10 Tips To Make Windows Xp Work For You

This article contains tips on getting XP to work and keeping it working efficiently for you.

The introduction of Windows XP in late 2001 ushered in a brand new way Windows operates and handled various tasks, including how software is installed and accessed and hardware set-up. XP was designed to streamline many of its operating system functions and make various aspects of these functions readily available to the PC user. Such functions include ease of hardware set-up and software installation, the problems of which have plagued users of Windows 95, 98, Millennium and 2000.

XP also includes security elements in the form of a firewall integrated into the operating system. With the introduction of Service Pack 2, more control of how this firewall is set up is passed on to the user.

In spite of many rumors going around as to how "bad" XP is, it is actually the most stable of the operating systems to come out of Microsoft, with an excellent recovery system should something catastrophic happen to the operating system.

Following are 10 tips on getting XP running and keeping it going efficiently.

Do an installation of XP on a clean hard drive if possible and have the drive itself formatted to NTFS (This allows for recovery of the operating system upon lock-ups/failures as well as handle file storage more efficiently).

Do a manual system restore back-up point after any major changes you make to your system such as hardware installation or major software installation. Always leave the setting for restore points no lower than 4%. Go to System Properties, select System Restore, then Settings. Chances are, upon installation of XP, the settings will be at maximum (12%). Unless you make constant major changes to your PC/Operating system, you really only need to reserve 4% of your disk space for restore points.

XP should be the only operating system running. Having two operating systems on the same hard drive, known as a dual boot system, is not recommended. This is still possible by first installing XP, then the second operating system such as Windows 95/98/Mil/2000. There is more to this procedure, considering you need to ensure the XP boot sector is not overwritten by the second operating system.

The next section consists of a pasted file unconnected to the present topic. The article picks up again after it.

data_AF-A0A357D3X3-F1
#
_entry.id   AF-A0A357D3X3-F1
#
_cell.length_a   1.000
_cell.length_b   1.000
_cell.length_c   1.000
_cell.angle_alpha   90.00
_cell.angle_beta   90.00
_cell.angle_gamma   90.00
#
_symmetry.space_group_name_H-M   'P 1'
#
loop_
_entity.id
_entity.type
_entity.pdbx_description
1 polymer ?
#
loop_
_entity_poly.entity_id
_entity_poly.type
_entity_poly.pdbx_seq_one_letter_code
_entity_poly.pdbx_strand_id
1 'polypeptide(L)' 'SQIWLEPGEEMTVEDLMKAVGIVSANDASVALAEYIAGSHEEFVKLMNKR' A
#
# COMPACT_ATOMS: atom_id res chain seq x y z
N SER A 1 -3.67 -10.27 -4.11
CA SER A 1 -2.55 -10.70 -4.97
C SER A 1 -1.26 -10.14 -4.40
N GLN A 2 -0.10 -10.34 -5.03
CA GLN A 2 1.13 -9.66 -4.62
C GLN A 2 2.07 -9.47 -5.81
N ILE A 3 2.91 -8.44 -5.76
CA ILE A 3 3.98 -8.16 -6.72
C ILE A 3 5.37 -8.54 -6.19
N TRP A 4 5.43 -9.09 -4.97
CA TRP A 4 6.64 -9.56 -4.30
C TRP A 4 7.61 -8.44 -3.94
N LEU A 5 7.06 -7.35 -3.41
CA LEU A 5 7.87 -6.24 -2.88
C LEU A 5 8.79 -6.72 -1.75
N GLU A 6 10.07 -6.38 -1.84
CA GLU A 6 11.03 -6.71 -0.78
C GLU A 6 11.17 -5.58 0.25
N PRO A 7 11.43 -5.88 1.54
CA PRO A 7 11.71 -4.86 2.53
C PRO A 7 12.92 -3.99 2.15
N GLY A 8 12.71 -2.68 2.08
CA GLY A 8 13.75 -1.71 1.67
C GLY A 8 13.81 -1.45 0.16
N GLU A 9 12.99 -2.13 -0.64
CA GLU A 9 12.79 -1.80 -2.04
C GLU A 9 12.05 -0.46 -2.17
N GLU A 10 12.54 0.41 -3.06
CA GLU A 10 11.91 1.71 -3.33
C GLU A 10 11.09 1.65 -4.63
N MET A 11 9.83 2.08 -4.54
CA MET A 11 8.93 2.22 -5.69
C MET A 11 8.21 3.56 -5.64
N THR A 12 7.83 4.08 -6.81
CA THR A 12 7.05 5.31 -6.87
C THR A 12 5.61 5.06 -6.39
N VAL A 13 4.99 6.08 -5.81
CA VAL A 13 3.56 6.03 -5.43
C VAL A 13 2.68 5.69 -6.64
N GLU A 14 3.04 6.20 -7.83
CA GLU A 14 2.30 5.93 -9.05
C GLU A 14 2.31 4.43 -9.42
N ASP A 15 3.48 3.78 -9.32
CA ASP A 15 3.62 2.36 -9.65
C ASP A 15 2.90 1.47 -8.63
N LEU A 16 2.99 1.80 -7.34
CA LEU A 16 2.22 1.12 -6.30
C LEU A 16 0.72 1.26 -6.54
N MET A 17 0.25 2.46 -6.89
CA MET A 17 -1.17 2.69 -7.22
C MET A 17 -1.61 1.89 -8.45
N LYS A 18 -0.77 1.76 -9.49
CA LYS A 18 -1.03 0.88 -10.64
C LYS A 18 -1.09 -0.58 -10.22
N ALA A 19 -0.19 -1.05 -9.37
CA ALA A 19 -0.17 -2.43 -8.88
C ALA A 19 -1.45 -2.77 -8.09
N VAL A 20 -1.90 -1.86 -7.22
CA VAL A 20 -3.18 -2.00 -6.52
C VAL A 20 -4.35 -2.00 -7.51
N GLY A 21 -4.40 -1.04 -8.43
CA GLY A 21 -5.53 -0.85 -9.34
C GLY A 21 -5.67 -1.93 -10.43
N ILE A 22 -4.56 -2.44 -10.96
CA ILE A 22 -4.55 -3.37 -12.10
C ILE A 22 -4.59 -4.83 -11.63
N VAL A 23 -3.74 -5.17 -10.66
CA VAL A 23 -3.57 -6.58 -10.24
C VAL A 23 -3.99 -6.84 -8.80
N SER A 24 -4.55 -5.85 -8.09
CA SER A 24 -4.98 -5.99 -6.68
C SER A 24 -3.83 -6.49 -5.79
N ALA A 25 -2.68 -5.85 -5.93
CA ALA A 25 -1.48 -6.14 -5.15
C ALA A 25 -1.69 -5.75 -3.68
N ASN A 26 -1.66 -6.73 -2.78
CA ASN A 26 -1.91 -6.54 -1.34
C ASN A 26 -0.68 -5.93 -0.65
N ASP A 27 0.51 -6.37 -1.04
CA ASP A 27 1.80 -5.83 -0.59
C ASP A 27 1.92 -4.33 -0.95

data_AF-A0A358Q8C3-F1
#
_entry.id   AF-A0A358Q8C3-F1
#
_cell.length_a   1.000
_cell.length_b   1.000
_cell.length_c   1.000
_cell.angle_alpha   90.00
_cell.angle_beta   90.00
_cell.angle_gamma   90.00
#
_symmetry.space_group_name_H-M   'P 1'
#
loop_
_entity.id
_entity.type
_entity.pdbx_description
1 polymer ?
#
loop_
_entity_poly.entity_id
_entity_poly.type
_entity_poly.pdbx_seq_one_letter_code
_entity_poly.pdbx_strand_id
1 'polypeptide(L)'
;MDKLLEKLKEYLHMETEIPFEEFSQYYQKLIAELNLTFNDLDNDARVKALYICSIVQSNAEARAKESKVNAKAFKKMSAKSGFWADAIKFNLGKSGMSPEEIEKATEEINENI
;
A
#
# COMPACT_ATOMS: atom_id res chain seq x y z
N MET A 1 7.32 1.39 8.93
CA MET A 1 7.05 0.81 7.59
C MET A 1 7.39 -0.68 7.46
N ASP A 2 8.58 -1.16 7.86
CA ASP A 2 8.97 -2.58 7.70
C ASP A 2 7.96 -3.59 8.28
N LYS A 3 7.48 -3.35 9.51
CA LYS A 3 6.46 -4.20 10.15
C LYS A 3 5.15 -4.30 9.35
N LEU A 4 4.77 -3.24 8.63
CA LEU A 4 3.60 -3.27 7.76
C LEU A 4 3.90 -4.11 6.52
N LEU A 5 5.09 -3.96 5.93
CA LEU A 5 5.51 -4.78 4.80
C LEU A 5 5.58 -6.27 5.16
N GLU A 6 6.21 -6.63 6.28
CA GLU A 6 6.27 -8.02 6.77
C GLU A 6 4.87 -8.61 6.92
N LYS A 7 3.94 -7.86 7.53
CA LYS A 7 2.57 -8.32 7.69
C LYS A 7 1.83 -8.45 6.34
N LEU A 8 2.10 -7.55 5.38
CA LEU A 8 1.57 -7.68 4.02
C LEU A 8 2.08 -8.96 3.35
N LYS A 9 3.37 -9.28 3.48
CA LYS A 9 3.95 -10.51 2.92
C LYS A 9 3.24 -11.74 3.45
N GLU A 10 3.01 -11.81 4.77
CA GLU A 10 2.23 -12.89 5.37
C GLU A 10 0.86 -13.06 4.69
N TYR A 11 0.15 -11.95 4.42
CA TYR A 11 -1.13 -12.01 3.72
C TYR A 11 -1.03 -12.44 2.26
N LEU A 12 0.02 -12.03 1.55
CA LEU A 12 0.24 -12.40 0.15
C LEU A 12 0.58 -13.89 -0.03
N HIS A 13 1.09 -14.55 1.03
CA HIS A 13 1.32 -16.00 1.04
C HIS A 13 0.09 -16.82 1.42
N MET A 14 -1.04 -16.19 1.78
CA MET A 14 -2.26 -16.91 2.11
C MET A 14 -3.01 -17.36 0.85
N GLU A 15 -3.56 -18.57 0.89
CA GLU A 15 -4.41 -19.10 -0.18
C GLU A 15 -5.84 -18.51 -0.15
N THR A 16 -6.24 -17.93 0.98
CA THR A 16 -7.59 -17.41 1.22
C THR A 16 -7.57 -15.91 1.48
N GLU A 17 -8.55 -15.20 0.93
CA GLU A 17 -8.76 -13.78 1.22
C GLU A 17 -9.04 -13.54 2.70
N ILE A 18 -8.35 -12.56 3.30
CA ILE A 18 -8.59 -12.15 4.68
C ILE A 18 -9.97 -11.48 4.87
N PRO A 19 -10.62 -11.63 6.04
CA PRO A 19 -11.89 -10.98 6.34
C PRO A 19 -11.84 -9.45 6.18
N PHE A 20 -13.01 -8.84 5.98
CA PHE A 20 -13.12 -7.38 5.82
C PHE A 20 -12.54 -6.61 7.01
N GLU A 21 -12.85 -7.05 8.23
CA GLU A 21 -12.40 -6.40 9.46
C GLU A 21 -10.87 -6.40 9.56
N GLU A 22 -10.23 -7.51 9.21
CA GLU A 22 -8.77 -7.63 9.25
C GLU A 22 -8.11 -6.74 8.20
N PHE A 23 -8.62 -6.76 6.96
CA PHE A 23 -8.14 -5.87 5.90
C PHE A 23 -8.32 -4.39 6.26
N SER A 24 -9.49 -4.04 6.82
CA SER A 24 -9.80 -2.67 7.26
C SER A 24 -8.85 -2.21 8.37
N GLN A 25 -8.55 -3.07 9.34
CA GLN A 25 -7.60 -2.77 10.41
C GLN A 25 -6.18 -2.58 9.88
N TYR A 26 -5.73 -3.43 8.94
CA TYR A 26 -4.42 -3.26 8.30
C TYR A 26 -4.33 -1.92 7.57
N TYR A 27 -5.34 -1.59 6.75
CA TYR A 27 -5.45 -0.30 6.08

Keep your internet firewall on at all times. A good way to control just what kind of incoming contact you want your computer to have with the internet (as of Service Pack 2 release), is to leave the firewall on its default setting, and set security levels as the system alerts you to the different types of incoming data. For instance, if you're an online gamer, the first time your game accesses the game server after installing XP and SP2, you will get an alert and a choice as to block or allow access temporarily or permanently.

Defrag your hard drive at least once every 2 weeks. My Computer -> Drive C -> System Tools -> Disk defragmentation.

Do a hard disk clean-up at least once a week. Click on My Computer, right click on Drive C and select "Disk Cleanup". Follow the instructions on performing the clean-up operation.

Back up critical data to CD/DVD. (This is true, regardless of what operating system you use).

Keep abreast of system updates, either manually or through automatic updates, especially for new device drivers and security issues.

With these tips (and perhaps a few others as you continue using XP) you should have a relatively painless experience in using XP.

© High Speed Ventures 2011